More people getting help from ComCare – is that good or bad?

TL;DR – Surely we can do better.

A Straits Times article reported that the number of families that received short-to-medium term help from ComCare (the Government’s help for low-income and needy Singaporeans) grew by about 43% from 20,572 in 2012 to 29,511 in 2015. The numbers are from the Ministry of Social and Family Development (MSF) and you find the report here.

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That seems like a significant increase. Does that mean that there are so many more families struggling to make ends meet?

No. We think that’s not necessarily what it means. Why?

Eligibility criteria eased

Before 2012, in order for a family to qualify to receive assistance from ComCare, the family’s income must be less than $1,500 a month. But in March 2012, the monthly household income cap for ComCare assistance was raised to $1,700. Then in 2014, the monthly household income cap for ComCare assistance was further increased to $1,900.

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In other words, in 2014, a family earning a monthly income of more than $1,500 but less than $1,900 would be able to qualify for financial assistance from ComCare. This family wouldn’t have qualified for financial assistance from ComCare in 2012.

Therefore, the increase in number of families who are benefitting from ComCare may not be because more families are falling into financial distress. Rather, it’s probably because the government has eased the qualifying income criteria such that families with higher monthly incomes can also benefit from financial assistance from ComCare.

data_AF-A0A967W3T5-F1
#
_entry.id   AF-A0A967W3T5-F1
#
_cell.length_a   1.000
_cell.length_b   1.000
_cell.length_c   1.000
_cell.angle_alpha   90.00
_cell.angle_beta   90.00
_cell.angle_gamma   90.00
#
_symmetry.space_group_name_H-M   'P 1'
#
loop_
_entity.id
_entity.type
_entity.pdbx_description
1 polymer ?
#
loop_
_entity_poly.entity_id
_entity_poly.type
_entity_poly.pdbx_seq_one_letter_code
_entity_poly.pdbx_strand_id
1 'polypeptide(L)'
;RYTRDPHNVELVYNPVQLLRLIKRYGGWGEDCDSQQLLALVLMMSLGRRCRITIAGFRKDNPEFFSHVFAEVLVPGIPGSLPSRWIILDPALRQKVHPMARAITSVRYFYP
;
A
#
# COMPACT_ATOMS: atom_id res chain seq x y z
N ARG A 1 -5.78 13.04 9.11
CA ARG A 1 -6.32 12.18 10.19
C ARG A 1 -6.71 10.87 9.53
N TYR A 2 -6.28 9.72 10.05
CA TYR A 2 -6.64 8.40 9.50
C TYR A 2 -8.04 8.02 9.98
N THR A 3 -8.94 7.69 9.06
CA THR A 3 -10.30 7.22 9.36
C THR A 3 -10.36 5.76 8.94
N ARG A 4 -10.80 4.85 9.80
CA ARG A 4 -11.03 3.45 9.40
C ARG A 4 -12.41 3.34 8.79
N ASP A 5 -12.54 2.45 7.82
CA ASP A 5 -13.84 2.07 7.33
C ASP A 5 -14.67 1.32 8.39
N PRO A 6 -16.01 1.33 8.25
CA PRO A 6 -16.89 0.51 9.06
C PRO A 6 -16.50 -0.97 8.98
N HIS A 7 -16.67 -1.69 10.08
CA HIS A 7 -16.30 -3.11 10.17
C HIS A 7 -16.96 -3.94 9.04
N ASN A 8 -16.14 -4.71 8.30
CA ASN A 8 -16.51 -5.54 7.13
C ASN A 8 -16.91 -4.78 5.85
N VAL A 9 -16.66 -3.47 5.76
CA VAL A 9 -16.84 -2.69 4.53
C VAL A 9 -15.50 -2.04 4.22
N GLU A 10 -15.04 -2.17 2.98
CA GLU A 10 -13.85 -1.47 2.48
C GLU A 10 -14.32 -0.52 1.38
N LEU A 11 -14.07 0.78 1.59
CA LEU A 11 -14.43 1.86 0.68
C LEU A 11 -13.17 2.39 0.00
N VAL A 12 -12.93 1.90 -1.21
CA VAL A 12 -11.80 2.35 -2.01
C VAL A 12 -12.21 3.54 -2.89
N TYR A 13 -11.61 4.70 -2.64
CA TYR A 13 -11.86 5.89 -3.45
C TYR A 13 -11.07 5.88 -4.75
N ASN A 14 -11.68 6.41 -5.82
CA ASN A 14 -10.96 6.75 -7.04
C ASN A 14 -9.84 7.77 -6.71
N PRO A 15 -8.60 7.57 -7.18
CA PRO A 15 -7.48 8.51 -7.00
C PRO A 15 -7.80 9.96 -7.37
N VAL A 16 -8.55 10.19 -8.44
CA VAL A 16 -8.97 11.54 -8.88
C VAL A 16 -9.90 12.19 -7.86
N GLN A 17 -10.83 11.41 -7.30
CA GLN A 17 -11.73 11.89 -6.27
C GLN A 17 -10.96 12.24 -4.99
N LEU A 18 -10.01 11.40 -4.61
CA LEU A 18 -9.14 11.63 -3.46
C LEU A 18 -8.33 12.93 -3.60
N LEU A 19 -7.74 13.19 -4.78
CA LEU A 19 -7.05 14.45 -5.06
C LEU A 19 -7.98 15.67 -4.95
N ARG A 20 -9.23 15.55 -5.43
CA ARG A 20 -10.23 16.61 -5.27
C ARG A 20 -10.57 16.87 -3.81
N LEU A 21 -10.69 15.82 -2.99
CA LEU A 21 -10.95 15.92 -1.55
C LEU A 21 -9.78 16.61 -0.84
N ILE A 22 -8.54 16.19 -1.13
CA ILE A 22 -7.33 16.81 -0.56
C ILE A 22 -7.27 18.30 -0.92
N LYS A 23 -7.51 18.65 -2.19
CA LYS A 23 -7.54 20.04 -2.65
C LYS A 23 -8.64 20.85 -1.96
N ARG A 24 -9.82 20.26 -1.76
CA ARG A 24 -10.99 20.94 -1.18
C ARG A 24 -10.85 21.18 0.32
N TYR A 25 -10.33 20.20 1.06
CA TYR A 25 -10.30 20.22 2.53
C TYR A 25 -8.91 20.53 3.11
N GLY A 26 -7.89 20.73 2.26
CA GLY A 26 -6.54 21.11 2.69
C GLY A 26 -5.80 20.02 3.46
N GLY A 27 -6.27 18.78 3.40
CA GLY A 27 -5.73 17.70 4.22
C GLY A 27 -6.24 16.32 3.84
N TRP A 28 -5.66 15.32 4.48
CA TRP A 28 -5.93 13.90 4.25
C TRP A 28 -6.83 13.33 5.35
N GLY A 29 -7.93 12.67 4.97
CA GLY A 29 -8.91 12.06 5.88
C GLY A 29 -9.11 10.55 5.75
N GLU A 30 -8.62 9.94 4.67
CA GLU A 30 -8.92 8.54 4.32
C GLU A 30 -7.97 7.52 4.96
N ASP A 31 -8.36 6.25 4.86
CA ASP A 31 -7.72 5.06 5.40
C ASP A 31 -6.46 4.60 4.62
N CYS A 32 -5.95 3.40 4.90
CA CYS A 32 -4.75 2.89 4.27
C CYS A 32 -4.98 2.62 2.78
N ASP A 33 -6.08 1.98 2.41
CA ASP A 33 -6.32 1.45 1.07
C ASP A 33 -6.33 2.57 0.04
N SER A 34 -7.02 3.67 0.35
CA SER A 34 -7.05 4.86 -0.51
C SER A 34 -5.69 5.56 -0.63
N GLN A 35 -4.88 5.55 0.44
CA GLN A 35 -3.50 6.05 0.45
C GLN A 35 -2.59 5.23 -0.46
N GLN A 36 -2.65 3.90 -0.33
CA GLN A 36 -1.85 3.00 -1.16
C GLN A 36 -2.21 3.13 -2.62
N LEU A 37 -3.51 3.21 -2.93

Not only that, since 2013, MSF has rolled out a network of Social Service Offices (SSOs) to provide more accessible and coordinated social assistance to Singaporeans in need. There are now 24 SSOs island-wide, serving specific HDB towns, making help more accessible to vulnerable families.

This means that more vulnerable families who in the past may not know about ComCare or found the process of applying for assistance from the ComCare can now find out more about ComCare and apply for assistance more easily.

So, rather than wringing our hands in worry and scolding the government, perhaps we should be thankful that more families are now able to benefit from ComCare assistance. It’s like… make it difficult for families to benefit, we complain. Make it easier for families to benefit, we also complain. How can we satisfy Singaporeans, really?

Of course, better if no one needs assistance from ComCare

Maybe Singaporeans will be satisfied if all Singaporean families have sufficient incomes to lead comfortable lives even without assistance from ComCare. Indeed, that would be a good ideal to work towards. After all, surely all Singaporeans would rather be able to earn their own keep than depend on handouts from the government, right?

But is that ideal achievable? Probably not. But if we are even to get close to that ideal, then at least two things must happen.

1. Economy must grow, but in a very different way from the past